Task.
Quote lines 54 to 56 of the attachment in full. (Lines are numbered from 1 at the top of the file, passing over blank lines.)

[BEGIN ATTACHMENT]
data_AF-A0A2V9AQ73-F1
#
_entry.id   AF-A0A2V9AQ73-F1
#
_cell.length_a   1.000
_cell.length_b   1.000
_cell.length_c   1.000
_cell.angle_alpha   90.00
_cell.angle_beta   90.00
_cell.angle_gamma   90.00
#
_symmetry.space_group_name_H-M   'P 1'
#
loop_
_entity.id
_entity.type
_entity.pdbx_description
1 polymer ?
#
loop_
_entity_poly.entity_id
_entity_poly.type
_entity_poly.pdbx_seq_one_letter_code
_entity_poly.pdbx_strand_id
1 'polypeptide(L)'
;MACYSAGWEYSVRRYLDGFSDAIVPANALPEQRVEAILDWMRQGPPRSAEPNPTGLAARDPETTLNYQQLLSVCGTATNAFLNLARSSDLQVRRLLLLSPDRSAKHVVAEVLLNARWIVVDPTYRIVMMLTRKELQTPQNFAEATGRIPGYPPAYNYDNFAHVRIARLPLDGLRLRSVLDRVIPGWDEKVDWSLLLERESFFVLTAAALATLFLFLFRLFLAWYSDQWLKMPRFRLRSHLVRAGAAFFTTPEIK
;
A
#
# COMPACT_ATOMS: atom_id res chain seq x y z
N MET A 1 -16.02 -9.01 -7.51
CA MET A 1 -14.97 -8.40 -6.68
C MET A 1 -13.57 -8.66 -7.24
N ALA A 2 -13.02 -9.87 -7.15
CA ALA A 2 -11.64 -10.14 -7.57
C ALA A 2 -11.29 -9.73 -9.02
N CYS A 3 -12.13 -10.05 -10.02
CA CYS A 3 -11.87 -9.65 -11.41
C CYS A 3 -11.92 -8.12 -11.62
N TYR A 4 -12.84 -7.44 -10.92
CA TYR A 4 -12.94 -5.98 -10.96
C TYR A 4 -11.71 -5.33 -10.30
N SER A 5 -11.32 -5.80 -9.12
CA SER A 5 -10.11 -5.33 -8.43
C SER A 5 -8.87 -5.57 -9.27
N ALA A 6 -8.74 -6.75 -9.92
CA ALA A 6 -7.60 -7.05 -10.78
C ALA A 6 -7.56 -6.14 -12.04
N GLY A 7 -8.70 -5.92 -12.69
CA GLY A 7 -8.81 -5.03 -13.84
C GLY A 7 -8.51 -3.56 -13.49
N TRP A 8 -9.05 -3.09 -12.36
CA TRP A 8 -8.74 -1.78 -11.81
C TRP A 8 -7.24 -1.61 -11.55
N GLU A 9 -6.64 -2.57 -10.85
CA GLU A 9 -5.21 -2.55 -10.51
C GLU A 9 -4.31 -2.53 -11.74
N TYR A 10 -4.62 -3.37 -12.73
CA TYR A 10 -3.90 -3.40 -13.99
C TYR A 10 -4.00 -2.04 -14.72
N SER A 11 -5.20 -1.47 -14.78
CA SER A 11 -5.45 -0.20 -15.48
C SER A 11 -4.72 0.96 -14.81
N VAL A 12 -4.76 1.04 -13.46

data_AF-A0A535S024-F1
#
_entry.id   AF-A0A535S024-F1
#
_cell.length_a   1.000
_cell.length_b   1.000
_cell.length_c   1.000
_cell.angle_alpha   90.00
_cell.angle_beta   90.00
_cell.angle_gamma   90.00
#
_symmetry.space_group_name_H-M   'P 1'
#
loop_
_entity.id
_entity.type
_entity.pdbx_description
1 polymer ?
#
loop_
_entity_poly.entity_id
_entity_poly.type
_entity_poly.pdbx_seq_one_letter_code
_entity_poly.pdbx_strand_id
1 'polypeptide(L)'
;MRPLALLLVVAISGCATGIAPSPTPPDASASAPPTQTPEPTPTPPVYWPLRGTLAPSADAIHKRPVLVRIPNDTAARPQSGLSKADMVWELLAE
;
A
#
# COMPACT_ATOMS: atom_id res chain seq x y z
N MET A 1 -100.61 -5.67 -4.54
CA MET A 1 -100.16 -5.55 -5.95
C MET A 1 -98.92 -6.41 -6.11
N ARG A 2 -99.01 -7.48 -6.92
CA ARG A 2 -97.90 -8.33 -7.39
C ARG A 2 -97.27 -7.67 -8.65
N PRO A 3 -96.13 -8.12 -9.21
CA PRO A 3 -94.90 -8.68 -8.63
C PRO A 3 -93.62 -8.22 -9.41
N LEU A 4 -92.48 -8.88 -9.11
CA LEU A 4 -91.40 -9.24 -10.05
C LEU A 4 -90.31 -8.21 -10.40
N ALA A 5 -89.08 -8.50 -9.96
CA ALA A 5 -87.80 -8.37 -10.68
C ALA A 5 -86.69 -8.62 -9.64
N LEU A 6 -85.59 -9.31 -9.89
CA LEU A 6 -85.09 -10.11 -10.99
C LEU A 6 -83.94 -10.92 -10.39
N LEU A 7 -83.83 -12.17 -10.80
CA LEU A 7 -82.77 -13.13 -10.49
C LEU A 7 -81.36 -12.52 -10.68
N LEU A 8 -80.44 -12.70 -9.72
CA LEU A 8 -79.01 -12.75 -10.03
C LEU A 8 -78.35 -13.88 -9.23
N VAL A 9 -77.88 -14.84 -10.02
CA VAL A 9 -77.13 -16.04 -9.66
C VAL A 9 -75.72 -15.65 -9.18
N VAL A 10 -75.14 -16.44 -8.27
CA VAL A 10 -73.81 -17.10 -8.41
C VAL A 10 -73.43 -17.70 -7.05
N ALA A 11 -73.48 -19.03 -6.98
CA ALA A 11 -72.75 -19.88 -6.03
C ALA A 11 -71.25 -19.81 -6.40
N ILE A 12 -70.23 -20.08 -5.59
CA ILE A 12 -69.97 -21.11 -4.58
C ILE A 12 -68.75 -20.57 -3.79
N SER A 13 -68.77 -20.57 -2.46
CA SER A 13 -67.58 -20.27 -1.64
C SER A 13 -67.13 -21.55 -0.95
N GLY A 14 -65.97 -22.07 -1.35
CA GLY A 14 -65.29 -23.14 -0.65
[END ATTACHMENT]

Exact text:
C TRP A 8 -7.24 -1.61 -11.55
N GLU A 9 -6.64 -2.57 -10.85
CA GLU A 9 -5.21 -2.55 -10.51